Recent studies have suggested that the body’s ability to rebuild myelin depends on the volume of oxygen-rich blood delivered to nerve cells, known as perfusion. While altered perfusion has been reported in MS, the relationship between perfusion and myelin specifically has not been fully characterized in living subjects.

Additionally, current imaging biomarkers—biological characteristics that can be measured with imaging technology—show static levels of myelin but cannot predict changes.

Dr. Stokes’ project, supported for two years with a $275,000 R21 grant, aims to develop magnetic resonance imaging (MRI) biomarkers to determine whether blood vessel function can anticipate demyelination and remyelination of MS lesions. She will focus specifically on the relapsing-remitting form of the disease.

To capture changes in blood flow, Dr. Stokes will use spin- and gradient-echo (SAGE)—an advanced multi-contrast perfusion MRI method. She first applied this sequence to brain tumor research and then expanded it for use, without contrast agents, in Parkinson’s disease studies. To Dr. Stokes’ knowledge, no other institution is using SAGE for studying MS.

“The unique thing about this method is that we can look at total blood flow and volume, and then we can also look at the microvasculature specifically,” she said.

Dr. Stokes has previously used SAGE to probe perfusion changes in MS, thanks to a grant from Barrow Neurological Foundation. She collaborated with Dr. Borazanci to compare perfusion scans with self-reported quality-of-life measures in more than 50 patients.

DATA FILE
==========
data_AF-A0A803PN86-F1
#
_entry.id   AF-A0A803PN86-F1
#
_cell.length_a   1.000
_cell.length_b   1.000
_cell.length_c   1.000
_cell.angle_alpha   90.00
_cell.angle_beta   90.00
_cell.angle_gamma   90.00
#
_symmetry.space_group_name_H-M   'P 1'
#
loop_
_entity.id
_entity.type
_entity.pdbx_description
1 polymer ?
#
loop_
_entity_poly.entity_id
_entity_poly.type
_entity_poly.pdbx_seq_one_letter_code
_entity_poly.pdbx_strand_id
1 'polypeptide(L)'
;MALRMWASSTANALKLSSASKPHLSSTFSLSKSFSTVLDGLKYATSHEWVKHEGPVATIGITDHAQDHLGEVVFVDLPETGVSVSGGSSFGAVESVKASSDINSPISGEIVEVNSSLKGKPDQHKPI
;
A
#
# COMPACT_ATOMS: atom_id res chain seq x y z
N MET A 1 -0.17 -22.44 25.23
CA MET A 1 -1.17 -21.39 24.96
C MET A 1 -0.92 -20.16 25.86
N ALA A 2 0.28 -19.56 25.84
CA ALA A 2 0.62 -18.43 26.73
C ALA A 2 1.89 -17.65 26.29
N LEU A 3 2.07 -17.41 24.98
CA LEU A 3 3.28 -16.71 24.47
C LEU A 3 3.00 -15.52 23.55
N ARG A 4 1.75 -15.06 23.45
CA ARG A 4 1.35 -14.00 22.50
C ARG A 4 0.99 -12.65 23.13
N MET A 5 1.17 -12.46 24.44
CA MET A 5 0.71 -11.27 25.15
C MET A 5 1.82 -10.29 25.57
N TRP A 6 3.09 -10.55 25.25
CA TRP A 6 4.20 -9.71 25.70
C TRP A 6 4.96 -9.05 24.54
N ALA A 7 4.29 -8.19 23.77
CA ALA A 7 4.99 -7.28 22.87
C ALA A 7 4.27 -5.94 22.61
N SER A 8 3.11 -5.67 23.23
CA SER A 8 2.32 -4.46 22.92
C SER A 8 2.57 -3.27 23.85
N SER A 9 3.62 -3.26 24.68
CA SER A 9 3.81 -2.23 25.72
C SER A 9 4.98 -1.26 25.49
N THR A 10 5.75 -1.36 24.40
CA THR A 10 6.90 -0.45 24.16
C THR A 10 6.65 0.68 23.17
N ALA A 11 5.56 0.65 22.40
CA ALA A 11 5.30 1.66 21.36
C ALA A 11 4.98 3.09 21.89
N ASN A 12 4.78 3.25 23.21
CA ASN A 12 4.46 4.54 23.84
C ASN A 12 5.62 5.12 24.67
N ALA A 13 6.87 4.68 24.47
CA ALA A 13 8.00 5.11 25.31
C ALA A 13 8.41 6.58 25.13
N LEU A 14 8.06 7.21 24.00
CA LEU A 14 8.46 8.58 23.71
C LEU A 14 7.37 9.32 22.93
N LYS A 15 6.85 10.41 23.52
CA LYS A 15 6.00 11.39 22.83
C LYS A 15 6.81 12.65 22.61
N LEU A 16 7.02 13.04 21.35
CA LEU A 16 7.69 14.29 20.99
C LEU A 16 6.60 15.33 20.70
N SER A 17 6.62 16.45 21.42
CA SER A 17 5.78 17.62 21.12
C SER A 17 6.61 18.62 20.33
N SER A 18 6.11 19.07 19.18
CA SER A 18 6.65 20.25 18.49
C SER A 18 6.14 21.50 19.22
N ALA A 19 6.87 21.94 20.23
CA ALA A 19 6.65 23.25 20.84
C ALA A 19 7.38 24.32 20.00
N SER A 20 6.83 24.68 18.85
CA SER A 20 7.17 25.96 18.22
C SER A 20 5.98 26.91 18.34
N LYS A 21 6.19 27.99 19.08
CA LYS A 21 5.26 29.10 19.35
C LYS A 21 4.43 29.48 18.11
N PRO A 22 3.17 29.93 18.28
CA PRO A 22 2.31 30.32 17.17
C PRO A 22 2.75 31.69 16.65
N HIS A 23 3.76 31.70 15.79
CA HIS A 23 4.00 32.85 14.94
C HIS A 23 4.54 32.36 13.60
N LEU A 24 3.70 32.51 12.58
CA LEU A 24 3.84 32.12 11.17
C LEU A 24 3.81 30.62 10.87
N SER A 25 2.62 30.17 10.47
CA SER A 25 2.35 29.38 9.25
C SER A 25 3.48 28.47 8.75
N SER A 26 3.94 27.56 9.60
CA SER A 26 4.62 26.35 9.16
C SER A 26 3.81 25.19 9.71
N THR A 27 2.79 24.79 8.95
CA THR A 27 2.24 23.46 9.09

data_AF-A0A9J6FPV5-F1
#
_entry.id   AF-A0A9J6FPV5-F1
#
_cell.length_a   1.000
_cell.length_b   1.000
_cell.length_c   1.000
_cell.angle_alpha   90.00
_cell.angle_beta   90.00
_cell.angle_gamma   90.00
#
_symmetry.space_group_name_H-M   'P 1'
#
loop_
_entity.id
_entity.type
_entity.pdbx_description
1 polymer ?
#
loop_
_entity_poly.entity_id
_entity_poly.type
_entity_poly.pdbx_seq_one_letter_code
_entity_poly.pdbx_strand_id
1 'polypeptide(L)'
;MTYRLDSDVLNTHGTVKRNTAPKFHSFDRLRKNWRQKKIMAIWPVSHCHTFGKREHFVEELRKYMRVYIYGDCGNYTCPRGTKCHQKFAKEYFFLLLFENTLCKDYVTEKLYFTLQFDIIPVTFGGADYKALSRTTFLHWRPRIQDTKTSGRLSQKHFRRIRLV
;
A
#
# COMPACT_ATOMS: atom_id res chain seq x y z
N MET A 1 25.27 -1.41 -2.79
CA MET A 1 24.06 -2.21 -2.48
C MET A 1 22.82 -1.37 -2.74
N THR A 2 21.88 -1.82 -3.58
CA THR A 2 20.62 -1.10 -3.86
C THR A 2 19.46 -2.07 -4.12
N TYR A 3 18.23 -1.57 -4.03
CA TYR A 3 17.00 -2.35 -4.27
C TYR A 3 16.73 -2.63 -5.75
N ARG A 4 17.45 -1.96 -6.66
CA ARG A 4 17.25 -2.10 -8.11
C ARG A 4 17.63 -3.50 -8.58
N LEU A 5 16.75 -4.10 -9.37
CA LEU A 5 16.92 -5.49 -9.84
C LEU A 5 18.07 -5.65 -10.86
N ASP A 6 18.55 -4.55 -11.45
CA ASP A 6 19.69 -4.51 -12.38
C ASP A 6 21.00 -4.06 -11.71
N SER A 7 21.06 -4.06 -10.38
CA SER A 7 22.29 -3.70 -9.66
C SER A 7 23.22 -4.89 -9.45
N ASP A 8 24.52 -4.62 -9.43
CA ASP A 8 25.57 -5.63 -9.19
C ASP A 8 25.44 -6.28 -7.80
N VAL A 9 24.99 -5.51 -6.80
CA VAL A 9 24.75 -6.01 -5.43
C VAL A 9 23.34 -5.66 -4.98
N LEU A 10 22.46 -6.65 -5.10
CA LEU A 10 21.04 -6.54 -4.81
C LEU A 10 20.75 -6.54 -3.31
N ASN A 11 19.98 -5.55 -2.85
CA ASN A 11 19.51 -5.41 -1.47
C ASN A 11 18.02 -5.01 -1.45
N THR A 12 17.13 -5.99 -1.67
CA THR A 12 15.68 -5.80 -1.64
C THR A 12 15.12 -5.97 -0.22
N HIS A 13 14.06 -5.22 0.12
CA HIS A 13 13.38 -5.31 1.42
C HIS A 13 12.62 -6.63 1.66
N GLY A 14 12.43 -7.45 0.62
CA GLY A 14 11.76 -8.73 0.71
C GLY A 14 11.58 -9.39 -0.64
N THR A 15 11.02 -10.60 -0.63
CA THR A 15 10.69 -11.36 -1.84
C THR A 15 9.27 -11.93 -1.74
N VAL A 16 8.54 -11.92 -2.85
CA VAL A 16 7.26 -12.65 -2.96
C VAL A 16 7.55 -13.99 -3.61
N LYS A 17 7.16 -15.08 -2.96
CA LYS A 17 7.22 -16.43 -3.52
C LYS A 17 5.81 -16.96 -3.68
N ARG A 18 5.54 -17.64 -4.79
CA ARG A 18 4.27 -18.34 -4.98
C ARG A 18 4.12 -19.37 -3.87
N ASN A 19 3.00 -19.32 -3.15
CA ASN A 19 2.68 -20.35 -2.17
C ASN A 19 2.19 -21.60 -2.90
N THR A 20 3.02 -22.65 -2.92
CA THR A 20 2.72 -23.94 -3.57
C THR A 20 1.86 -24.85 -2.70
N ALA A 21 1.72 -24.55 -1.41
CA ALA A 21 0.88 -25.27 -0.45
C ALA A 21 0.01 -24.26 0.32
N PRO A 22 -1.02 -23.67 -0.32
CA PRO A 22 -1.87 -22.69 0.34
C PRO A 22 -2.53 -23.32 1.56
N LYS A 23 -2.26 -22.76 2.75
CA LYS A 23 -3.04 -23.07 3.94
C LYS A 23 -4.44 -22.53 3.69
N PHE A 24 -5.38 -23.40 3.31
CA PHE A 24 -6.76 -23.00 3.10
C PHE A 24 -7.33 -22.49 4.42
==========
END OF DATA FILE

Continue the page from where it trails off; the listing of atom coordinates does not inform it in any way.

“We didn’t see a relationship between perfusion changes and quality of life, unfortunately, and that’s probably related to heterogeneity in the MS population,” Dr. Stokes said.

However, that study would ultimately provide the data that Dr. Stokes needed to apply for the R21 grant.

Ashley Stokes, PhD

Homing in on Myelin and Perfusion

Aimee Borazanci, MD
Aimee Borzanci, MD

After Dr. Dortch joined the Neuroimaging Innovation Center in the fall of 2019, he and Dr. Stokes began discussing a more specific project that would examine perfusion and myelin content in MS. He already had a special interest in myelin and had been developing an MRI method, known as selective inversion recovery (SIR), that can provide information on how much of the protective coating is still present within MS lesions.

“We had this idea that there would be a relationship between perfusion and myelin content, but we didn’t have the data,” Dr. Stokes said. “Previous investigators have shown that you can take a ratio of two clinical images and get a map that indirectly reflects myelin content. Using this method, we found a relationship between this indirect marker of myelin and our specific marker of microvascular perfusion.” These results were published last year in the Multiple Sclerosis Journal – Experimental, Translational and Clinical.

The R21 grant will enable Dr. Stokes and Dr. Dortch to pursue more specific data about the relationship between myelin and perfusion.

Michael Robers, MD, MS
Michael Robers, MD

The researchers will work with Barrow MS neurologists Dr. Borazanci and Michael Robers, MD, to recruit participants for the study. Patients with active MS lesions will periodically undergo both a perfusion scan and myelin scan. Dr. Stokes will evaluate the relationship between myelin and perfusion longitudinally, by looking at myelin changes throughout each patient’s disease course, and cross-sectionally, by comparing the results in people with MS to people without the disease.